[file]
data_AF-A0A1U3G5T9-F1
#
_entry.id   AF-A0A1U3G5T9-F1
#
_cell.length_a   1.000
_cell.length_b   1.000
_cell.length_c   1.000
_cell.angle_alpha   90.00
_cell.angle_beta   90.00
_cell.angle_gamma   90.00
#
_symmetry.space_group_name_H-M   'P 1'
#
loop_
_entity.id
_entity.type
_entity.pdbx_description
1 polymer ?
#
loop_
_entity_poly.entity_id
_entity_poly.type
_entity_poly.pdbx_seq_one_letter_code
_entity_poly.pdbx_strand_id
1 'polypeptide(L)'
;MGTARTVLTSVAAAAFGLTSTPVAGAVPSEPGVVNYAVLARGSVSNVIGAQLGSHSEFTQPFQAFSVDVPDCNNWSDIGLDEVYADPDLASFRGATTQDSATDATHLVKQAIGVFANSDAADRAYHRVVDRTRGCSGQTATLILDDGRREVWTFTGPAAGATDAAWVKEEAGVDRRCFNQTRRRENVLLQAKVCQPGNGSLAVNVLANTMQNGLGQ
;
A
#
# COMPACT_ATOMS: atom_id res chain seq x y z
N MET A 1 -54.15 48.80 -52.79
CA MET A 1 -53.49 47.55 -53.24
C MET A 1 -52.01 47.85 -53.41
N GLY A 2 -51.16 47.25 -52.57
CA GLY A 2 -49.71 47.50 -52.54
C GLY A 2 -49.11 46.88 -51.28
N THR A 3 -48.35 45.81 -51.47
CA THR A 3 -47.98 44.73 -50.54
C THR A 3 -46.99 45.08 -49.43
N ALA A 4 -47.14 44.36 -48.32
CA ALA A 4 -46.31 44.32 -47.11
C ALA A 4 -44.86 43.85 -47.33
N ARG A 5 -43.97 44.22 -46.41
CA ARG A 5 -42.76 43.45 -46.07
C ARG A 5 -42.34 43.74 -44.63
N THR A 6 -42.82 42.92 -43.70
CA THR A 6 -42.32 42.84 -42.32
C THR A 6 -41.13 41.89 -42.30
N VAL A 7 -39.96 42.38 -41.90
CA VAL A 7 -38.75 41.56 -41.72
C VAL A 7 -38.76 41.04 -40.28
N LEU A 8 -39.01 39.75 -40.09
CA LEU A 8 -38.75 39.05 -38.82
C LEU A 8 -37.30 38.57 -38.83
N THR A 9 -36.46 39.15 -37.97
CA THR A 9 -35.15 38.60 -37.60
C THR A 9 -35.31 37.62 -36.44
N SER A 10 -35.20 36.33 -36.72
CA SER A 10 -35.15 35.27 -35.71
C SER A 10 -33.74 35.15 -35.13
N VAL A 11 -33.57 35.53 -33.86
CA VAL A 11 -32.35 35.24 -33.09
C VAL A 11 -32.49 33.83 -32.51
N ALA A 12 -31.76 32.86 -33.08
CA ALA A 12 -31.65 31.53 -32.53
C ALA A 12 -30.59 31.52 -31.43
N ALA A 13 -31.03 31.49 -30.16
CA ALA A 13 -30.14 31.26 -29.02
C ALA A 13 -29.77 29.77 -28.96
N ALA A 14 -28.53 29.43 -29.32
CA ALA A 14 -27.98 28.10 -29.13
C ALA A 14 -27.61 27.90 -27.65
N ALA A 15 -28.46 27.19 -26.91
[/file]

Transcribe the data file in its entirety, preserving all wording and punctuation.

data_AF-A0A1U3G5T9-F1
#
_entry.id   AF-A0A1U3G5T9-F1
#
_cell.length_a   1.000
_cell.length_b   1.000
_cell.length_c   1.000
_cell.angle_alpha   90.00
_cell.angle_beta   90.00
_cell.angle_gamma   90.00
#
_symmetry.space_group_name_H-M   'P 1'
#
loop_
_entity.id
_entity.type
_entity.pdbx_description
1 polymer ?
#
loop_
_entity_poly.entity_id
_entity_poly.type
_entity_poly.pdbx_seq_one_letter_code
_entity_poly.pdbx_strand_id
1 'polypeptide(L)'
;MGTARTVLTSVAAAAFGLTSTPVAGAVPSEPGVVNYAVLARGSVSNVIGAQLGSHSEFTQPFQAFSVDVPDCNNWSDIGLDEVYADPDLASFRGATTQDSATDATHLVKQAIGVFANSDAADRAYHRVVDRTRGCSGQTATLILDDGRREVWTFTGPAAGATDAAWVKEEAGVDRRCFNQTRRRENVLLQAKVCQPGNGSLAVNVLANTMQNGLGQ
;
A
#
# COMPACT_ATOMS: atom_id res chain seq x y z
N MET A 1 -54.15 48.80 -52.79
CA MET A 1 -53.49 47.55 -53.24
C MET A 1 -52.01 47.85 -53.41
N GLY A 2 -51.16 47.25 -52.57
CA GLY A 2 -49.71 47.50 -52.54
C GLY A 2 -49.11 46.88 -51.28
N THR A 3 -48.35 45.81 -51.47
CA THR A 3 -47.98 44.73 -50.54
C THR A 3 -46.99 45.08 -49.43
N ALA A 4 -47.14 44.36 -48.32
CA ALA A 4 -46.31 44.32 -47.11
C ALA A 4 -44.86 43.85 -47.33
N ARG A 5 -43.97 44.22 -46.41
CA ARG A 5 -42.76 43.45 -46.07
C ARG A 5 -42.34 43.74 -44.63
N THR A 6 -42.82 42.92 -43.70
CA THR A 6 -42.32 42.84 -42.32
C THR A 6 -41.13 41.89 -42.30
N VAL A 7 -39.96 42.38 -41.90
CA VAL A 7 -38.75 41.56 -41.72
C VAL A 7 -38.76 41.04 -40.28
N LEU A 8 -39.01 39.75 -40.09
CA LEU A 8 -38.75 39.05 -38.82
C LEU A 8 -37.30 38.57 -38.83
N THR A 9 -36.46 39.15 -37.97
CA THR A 9 -35.15 38.60 -37.60
C THR A 9 -35.31 37.62 -36.44
N SER A 10 -35.20 36.33 -36.72
CA SER A 10 -35.15 35.27 -35.71
C SER A 10 -33.74 35.15 -35.13
N VAL A 11 -33.57 35.53 -33.86
CA VAL A 11 -32.35 35.24 -33.09
C VAL A 11 -32.49 33.83 -32.51
N ALA A 12 -31.76 32.86 -33.08
CA ALA A 12 -31.65 31.53 -32.53
C ALA A 12 -30.59 31.52 -31.43
N ALA A 13 -31.03 31.49 -30.16
CA ALA A 13 -30.14 31.26 -29.02
C ALA A 13 -29.77 29.77 -28.96
N ALA A 14 -28.53 29.43 -29.32
CA ALA A 14 -27.98 28.10 -29.13
C ALA A 14 -27.61 27.90 -27.65
N ALA A 15 -28.46 27.19 -26.91